The RIAA's Opposition to the Streaming

The RIAA has tried a lot of tactics and arguments to prevent the streaming of the hearing.  First, they claimed that the Judge doesn't have the authority to allow cameras in the courtroom.  (Then who does?!)  After the Judge ruled to allow the internet streaming, the RIAA filed an appeal asking the First Circuit to stay Judge Getner's decision.  [There are questions as to whether this type of appeal (to an interlocutory order) is even allowed.]  More information on the RIAA's desperation can be found here.

In addition to the appeal, the RIAA also moved for a stay of the pre-hearing, ideally to get the First Circuit to say the hearings cannot be broadcast on the internet before they happen.  Judge Getner agreed that the First Circuit should hear the appeal before the hearings proceed.

"...there is no emergency related to the hearing originally slated for January 22, 2009...postponing the hearing will allow the First Circuit an opportunity to fully consider the petition before it, particularly because a number of claims presented in the petition for mandamus were never raised in their current form in the district court."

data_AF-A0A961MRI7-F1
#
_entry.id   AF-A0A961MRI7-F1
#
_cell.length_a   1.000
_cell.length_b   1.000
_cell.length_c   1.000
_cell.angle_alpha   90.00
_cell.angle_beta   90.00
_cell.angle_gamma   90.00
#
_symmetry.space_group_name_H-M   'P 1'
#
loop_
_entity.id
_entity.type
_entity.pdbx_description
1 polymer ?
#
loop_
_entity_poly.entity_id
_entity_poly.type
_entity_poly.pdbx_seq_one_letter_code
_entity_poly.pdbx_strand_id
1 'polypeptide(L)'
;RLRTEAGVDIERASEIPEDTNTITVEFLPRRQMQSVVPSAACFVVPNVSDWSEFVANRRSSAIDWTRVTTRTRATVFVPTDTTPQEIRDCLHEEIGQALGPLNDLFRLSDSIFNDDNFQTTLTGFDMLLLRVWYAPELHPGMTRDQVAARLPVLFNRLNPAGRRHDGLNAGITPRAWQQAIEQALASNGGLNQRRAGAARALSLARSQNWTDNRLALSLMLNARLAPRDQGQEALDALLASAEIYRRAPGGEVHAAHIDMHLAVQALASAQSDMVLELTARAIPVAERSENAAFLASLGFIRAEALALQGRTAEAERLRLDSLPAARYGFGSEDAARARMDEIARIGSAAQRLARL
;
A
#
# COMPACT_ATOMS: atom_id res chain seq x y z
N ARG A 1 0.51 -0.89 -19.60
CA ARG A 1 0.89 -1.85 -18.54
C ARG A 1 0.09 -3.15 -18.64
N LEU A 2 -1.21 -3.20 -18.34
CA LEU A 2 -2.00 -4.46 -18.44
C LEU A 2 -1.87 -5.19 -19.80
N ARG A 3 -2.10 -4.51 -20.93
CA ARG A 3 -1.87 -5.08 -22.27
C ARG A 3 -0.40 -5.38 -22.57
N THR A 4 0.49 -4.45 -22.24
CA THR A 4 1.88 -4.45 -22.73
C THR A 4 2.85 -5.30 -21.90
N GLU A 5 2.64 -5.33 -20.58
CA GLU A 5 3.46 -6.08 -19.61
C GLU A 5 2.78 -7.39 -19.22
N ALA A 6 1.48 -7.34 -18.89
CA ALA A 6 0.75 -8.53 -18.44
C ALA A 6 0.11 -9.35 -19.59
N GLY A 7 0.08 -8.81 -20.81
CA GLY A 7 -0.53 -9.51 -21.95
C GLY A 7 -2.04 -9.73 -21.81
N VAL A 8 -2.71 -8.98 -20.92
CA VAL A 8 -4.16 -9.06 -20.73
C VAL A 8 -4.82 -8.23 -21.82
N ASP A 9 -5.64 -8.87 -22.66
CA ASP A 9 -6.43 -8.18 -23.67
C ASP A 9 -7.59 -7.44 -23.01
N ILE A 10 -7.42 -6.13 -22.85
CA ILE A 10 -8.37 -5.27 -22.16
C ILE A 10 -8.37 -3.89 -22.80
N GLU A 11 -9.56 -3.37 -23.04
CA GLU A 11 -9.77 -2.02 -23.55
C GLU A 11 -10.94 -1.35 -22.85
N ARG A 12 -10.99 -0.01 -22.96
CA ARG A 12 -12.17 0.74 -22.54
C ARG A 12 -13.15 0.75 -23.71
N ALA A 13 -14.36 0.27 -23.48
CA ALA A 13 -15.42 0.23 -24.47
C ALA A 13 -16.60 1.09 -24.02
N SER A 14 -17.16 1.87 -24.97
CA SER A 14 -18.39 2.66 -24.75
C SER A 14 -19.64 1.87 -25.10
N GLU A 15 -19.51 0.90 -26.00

The Judge's Position on the Streaming

Judge Getner called the RIAA's position "curious" because it seems counterintuitive to their professed aim of trying to educate the public about the evils of downloading.

"they [RIAA/Plaintiffs] believe that the lawsuits will deter the Defendants and the wider public from engaging in illegal file-sharing activities. Their strategy effectively relies on the publicity resulting from this litigation."

"The public benefit of offering a more complete view of these proceedings is plain, especially via a medium so carefully attuned to the Internet Generation captivated by these filesharing lawsuits."

Presentation About Case by Harvard Law Team Member

How Feasible is Licensing by the Regular Folk?

18 January 2009

The internet, computers, technology, are all commonly cited as part of the problem with protecting intellectual property rights.  It's too easy for anyone to get access to anything and do whatever they'd like with it.  But this increased flow of information and new found ease of connecting with people has also been cited as a bonus to helping IP rights owners receive their dues.